Yvette Mayorga
Homeland Promised Land, 2019
Acrylic piping on canvas
24h x 24w in
60.96h x 60.96w cm

A Part of US
Opening Thursday, November 7 at Geary. On view through December 20.

The first thing an onlooker might notice about the works of Yvette Mayorga is the color, which draws you in with its fluorescent brightness and candied hues. Next, you might notice its unique style, consisting of acrylic piping on canvas instead of brushstrokes. Paired with the colors, the works almost resemble elaborate baked goods or confections—even her sculptures, made of glazed porcelain, could look good enough to eat. Mayorga isn’t just looking to please one’s sweet tooth; her work (on view starting Thursday at Soho gallery Geary) also provides commentary on the so-called American Dream, which isn’t quite so dreamy for everyone. 

(image via Chase Contemporary / Instagram)

50 Years of Looking Good
Opening Thursday, November 7 at Chase Contemporary, 5:30 pm to 8 pm. On view through December 12.

From a distance, Carole Feuerman’s creations resemble elaborate, athletic performance art. Bodies pose cross-legged and upside down, their limbs and faces refusing to budge. It’s even more impressive to learn these aren’t hyper-still humans but sculptures, expertly crafted to look real, in an uncanny-valley kind of way. Feuerman has been creating these Hyperrealist sculptures—most of which depict women—for decades now, leading to her current status as one of the most sought-after sculptors in her genre. To commemorate both her 50-year career and a new book on her art, Chelsea’s Chase Contemporary will be showing a collection of Feuerman’s sculptures, including updated versions of old classics.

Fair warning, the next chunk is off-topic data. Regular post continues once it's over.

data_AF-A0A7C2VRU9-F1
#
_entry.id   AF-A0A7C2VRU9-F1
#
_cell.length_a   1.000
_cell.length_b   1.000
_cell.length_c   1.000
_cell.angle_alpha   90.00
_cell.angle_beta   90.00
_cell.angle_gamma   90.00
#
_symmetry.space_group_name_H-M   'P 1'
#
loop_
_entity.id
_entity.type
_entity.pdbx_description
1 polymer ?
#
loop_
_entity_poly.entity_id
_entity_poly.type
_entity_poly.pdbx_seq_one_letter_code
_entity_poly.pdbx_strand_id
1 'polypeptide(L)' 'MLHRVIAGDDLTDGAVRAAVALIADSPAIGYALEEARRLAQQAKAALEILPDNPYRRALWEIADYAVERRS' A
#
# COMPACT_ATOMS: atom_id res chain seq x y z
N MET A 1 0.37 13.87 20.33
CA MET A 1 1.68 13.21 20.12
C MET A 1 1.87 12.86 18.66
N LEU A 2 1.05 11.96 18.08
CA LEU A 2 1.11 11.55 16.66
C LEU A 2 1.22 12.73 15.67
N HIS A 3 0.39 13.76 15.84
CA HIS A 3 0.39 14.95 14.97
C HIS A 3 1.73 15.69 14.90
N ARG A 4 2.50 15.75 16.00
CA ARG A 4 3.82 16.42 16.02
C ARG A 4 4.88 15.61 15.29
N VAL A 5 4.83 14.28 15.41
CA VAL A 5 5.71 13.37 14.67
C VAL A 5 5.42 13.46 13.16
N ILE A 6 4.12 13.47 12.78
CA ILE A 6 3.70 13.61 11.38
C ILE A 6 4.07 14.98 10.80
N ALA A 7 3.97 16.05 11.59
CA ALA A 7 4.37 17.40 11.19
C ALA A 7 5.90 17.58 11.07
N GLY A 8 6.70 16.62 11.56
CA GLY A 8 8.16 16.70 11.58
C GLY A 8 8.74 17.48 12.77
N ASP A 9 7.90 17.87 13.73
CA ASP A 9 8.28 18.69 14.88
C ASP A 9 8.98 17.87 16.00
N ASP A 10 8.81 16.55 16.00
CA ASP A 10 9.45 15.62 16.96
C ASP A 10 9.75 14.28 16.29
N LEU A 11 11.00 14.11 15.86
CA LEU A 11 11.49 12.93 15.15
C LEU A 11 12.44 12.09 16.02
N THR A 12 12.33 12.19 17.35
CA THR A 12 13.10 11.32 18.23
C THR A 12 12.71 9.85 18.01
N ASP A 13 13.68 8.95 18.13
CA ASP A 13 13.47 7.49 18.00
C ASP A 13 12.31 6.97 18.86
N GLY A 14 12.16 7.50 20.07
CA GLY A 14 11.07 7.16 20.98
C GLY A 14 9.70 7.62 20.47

Detail image: Asif Hoque, 2019 (via Selenas Mountain)

It’s more about us
Opening Saturday, November 9 at Selenas Mountain, 7 pm to 10 pm. On view through December 14.

Artists Asif Hoque and Sanié Bokhari will be teaming up for the latest show at Ridgewood space Selenas Mountain. Both artists work in similar but different mediums (Hoque in painting and drawing, Bokhari in mixed media sculpture and painting), and both are inspired by their heritage (Bangladeshi and Pakistani, respectively). Additionally, both artists have a style that feels simultaneously contemporary and ancient, depicting the human form (particularly the female form) in ways that refresh more archaic artistic norms while still clinging to their recognizable aesthetic.



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